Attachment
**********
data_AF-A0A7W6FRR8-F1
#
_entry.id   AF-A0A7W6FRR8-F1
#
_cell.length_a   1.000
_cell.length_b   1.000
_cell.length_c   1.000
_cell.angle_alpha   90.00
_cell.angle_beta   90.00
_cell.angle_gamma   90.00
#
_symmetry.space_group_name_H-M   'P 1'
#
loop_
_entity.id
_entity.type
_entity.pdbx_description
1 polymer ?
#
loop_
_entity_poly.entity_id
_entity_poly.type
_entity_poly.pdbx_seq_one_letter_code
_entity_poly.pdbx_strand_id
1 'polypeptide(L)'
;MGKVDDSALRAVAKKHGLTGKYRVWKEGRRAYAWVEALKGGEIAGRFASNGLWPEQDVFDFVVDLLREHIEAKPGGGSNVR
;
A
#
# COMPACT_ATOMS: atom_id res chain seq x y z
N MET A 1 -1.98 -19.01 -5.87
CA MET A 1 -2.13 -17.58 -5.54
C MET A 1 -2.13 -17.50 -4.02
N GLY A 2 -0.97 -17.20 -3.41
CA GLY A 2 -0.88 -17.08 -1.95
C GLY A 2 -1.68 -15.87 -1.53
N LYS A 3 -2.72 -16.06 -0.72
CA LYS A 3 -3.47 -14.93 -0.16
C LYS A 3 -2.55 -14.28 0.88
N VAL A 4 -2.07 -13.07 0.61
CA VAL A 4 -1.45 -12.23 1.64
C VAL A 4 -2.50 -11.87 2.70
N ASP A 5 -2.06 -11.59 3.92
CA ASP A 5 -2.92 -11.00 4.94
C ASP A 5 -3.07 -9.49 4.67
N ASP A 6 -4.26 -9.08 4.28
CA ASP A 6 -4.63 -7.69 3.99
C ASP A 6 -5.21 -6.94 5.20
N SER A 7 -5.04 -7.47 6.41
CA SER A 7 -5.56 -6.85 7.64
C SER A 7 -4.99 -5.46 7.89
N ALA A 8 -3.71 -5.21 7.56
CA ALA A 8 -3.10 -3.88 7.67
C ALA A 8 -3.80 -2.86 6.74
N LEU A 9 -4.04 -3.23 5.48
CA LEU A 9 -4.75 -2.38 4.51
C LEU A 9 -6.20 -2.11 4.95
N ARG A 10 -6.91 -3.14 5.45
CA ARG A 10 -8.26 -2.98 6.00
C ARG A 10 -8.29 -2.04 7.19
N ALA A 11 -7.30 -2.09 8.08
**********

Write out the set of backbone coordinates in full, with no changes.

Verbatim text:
data_AF-A0A7W6FRR8-F1
#
_entry.id   AF-A0A7W6FRR8-F1
#
_cell.length_a   1.000
_cell.length_b   1.000
_cell.length_c   1.000
_cell.angle_alpha   90.00
_cell.angle_beta   90.00
_cell.angle_gamma   90.00
#
_symmetry.space_group_name_H-M   'P 1'
#
loop_
_entity.id
_entity.type
_entity.pdbx_description
1 polymer ?
#
loop_
_entity_poly.entity_id
_entity_poly.type
_entity_poly.pdbx_seq_one_letter_code
_entity_poly.pdbx_strand_id
1 'polypeptide(L)'
;MGKVDDSALRAVAKKHGLTGKYRVWKEGRRAYAWVEALKGGEIAGRFASNGLWPEQDVFDFVVDLLREHIEAKPGGGSNVR
;
A
#
# COMPACT_ATOMS: atom_id res chain seq x y z
N MET A 1 -1.98 -19.01 -5.87
CA MET A 1 -2.13 -17.58 -5.54
C MET A 1 -2.13 -17.50 -4.02
N GLY A 2 -0.97 -17.20 -3.41
CA GLY A 2 -0.88 -17.08 -1.95
C GLY A 2 -1.68 -15.87 -1.53
N LYS A 3 -2.72 -16.06 -0.72
CA LYS A 3 -3.47 -14.93 -0.16
C LYS A 3 -2.55 -14.28 0.88
N VAL A 4 -2.07 -13.07 0.61
CA VAL A 4 -1.45 -12.23 1.64
C VAL A 4 -2.50 -11.87 2.70
N ASP A 5 -2.06 -11.59 3.92
CA ASP A 5 -2.92 -11.00 4.94
C ASP A 5 -3.07 -9.49 4.67
N ASP A 6 -4.26 -9.08 4.28
CA ASP A 6 -4.63 -7.69 3.99
C ASP A 6 -5.21 -6.94 5.20
N SER A 7 -5.04 -7.47 6.41
CA SER A 7 -5.56 -6.85 7.64
C SER A 7 -4.99 -5.46 7.89
N ALA A 8 -3.71 -5.21 7.56
CA ALA A 8 -3.10 -3.88 7.67
C ALA A 8 -3.80 -2.86 6.74
N LEU A 9 -4.04 -3.23 5.48
CA LEU A 9 -4.75 -2.38 4.51
C LEU A 9 -6.20 -2.11 4.95
N ARG A 10 -6.91 -3.14 5.45
CA ARG A 10 -8.26 -2.98 6.00
C ARG A 10 -8.29 -2.04 7.19
N ALA A 11 -7.30 -2.09 8.08